Decay in the Left and the need to reaffirm liberalism 

As evident from an increasing number of young people, much of left wing politics has become a tainted pursuit, bereft of the intellectual credibility and value it once held. Many sections are in decay because many people identifying as leftwing have ceased embodying the values of universalism, rational thought and secularism. Enlightenment values are falling into disfavor. Through notable and seismic cultural shifts, parts of the left, following from a tradition of post-modernism (and Marxism), have placed a worrying emphasis on power structures above liberal values. 

Similarly, due in part to multiculturalism and increased globalisation, cultural relativism has replaced universalist principles. Because of this, many young Leftists now incubat campus censorship, irrationalism, and it’s consequent disfigurement of moral clarity. Sadly, this trend only shows signs of strengthening. A lot of the Left – with aid from post-colonial theory, identity politics and anti-Zionism – now stand against the very values its predecessors fought for. 
 These changes are accelerating across society, especially in institutions of higher learning. With this in mind, it is essential to reassert the values that underpin many of our freedoms-values abandoned, besmirched and often mischaracterised as oppressive. The truth is that most of these ideals are emancipatory; such as the fundamental right to discuss ideas, challenge regressive beliefs, and pursue objective truth. All three of these rights are threatened, and these threats are coming from within the left.
 
Three ideological trends have intersected to create reactionary cultures gaining ascendancy within the Left: identity politics, post-colonial thinking and anti-Zionism. According to these three frameworks, evaluating power is more important than exhibiting principles, and solidarity to victims is more important than valuing rights. Addressing power and grievance is their binding lens; rather than articulating principles and expressing indivisible rights. Leftwing identity has shifted from a culture of Paine and Mill to a culture of Foucault and Chomsky.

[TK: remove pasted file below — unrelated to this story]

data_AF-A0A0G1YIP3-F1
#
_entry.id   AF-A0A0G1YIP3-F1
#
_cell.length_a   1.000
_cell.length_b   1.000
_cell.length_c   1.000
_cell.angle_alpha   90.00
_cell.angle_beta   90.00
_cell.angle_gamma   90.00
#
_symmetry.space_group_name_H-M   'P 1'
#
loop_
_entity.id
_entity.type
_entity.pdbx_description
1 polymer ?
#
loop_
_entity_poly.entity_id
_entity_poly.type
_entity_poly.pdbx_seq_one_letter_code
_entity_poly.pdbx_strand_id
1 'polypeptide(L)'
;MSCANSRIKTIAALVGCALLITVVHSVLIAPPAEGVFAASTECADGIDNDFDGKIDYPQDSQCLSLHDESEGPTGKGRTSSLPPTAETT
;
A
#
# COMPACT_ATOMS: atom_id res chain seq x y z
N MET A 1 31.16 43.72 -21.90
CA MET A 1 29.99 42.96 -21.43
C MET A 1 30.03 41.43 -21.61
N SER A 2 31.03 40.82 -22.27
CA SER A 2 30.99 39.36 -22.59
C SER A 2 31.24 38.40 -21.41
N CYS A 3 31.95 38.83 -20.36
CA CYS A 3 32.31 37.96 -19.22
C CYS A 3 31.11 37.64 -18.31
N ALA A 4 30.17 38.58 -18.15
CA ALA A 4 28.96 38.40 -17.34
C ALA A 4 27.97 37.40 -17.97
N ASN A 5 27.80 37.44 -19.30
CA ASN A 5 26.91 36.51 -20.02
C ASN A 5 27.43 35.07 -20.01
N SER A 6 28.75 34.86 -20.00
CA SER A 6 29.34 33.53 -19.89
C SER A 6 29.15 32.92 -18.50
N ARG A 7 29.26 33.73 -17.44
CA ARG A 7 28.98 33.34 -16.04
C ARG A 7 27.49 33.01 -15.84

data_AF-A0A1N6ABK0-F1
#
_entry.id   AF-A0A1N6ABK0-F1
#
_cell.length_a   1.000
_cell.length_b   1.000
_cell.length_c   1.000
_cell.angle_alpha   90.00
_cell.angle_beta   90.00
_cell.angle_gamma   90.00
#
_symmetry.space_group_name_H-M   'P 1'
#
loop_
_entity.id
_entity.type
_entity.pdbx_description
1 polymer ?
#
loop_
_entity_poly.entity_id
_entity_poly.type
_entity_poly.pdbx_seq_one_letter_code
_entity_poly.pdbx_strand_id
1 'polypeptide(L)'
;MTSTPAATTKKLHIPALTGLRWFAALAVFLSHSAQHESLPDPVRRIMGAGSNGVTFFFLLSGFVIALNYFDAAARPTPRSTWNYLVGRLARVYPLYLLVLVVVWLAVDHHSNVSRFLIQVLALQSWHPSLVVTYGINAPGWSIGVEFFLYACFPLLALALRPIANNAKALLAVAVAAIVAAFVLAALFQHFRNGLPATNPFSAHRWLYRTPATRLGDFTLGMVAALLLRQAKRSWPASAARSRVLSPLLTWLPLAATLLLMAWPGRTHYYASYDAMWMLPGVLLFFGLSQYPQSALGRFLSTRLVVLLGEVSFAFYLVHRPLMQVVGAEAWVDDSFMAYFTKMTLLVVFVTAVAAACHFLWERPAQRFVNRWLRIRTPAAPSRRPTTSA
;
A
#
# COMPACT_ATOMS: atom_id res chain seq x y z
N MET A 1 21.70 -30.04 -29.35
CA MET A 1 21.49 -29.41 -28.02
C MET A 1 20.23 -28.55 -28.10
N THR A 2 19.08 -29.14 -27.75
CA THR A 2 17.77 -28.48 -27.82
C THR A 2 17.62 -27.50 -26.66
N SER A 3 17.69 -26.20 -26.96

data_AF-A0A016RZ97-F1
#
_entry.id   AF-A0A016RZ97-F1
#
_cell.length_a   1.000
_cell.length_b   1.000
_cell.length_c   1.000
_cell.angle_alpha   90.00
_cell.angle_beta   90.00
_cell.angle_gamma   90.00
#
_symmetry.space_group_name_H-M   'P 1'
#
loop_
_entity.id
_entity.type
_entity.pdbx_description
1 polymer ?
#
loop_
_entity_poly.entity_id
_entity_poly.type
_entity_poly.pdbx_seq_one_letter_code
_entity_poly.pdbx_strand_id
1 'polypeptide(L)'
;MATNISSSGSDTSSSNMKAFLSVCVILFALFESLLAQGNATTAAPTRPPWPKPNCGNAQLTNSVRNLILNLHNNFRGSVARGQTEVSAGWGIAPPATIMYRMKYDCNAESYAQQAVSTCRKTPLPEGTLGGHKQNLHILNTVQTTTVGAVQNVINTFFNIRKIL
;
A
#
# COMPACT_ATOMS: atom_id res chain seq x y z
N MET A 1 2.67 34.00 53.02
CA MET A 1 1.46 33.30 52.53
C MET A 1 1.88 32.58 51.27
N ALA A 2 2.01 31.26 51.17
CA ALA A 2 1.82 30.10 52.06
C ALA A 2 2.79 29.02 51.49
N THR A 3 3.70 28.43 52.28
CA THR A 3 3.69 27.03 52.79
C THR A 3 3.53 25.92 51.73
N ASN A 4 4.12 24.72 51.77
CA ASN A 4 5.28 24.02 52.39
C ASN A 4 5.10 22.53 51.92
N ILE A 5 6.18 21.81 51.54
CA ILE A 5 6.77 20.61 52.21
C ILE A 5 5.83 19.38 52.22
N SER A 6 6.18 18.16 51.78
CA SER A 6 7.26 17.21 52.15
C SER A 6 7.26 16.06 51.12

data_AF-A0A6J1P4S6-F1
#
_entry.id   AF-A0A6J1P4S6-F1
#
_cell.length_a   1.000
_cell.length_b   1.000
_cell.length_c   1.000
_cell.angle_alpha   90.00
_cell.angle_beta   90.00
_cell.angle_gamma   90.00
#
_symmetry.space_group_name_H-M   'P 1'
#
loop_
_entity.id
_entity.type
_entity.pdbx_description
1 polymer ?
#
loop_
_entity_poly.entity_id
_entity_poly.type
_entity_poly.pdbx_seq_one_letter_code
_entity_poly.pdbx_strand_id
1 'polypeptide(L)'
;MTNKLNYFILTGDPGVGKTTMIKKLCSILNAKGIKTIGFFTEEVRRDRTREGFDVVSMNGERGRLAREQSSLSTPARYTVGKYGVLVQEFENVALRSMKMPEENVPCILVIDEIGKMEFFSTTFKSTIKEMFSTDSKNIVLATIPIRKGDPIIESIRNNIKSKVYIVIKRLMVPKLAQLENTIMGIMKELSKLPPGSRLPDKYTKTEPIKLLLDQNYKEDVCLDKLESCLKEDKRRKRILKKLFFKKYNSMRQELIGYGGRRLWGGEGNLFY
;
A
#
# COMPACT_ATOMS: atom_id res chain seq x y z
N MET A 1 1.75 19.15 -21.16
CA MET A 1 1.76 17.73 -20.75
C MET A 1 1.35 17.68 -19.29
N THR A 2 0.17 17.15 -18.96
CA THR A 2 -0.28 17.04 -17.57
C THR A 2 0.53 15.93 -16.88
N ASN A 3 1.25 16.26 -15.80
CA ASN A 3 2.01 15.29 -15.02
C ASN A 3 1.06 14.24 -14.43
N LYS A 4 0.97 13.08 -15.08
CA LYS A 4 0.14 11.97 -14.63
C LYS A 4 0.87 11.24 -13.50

Identity politics values viewpoints on the basis of the identity of those who make them, not on the arguments’ merits. Its intention is to give a voice to the downtrodden, embolden their identity, emphasise their worth by privileging their viewpoint above rational argument and people of power. It is a form of empathy. It is also inimical to individual liberty and rationalism, and, in being so, it discounts something more ennobling than exclusive truth: the capacity to think independently and rationally.
We do not deny that, in many instances, those who speak on issues or hold opinions may be blind to certain social problems that doesn’t affect them directly. A man’s view on abortion may be compromised by his lack of intimacy with the issue, or a white person’s understanding of racism may be partial, relative to that of a POC. However, this doesn’t mean a person’s identity gives him or her exclusive access to the truth. And this is what is implied by privileging the views of group of people above another. This is a view that has a censorious edge. 

If you’re a man and you want to discuss abortion with another man at a high-ranking university,you can’t; because you’re a man. If you want to advance a viewpoint that threatens the “mental safety” of students, you can’t; because the mental safety of student, which in itself is speciously defined, is more important than the unfettered discussion of ideas. This stifles discussion from the outset and is a tool for protecting those who don’t wish to be questioned, rather than protecting those who have vulnerabilities.

Accusing someone of bigotry is a common feature of this discourse-racism, islamophobia, transphobia. These labels are sometimes a reaction to perceived and at times correct victimhood, but a culture of victimhood is exploiting the shaming nature of these words to silence those who raise genuine concerns. 

In discussing ideas, it would be more productive to tell someone why they are wrong and you are right, in an understandable way with rational argument, rather than through screaming and defamation. This isn’t to say one shouldn’t make allegations of racism, anti-Muslim prejudice or sexism when they are appropriate, but far too often they are misused for ideological ends.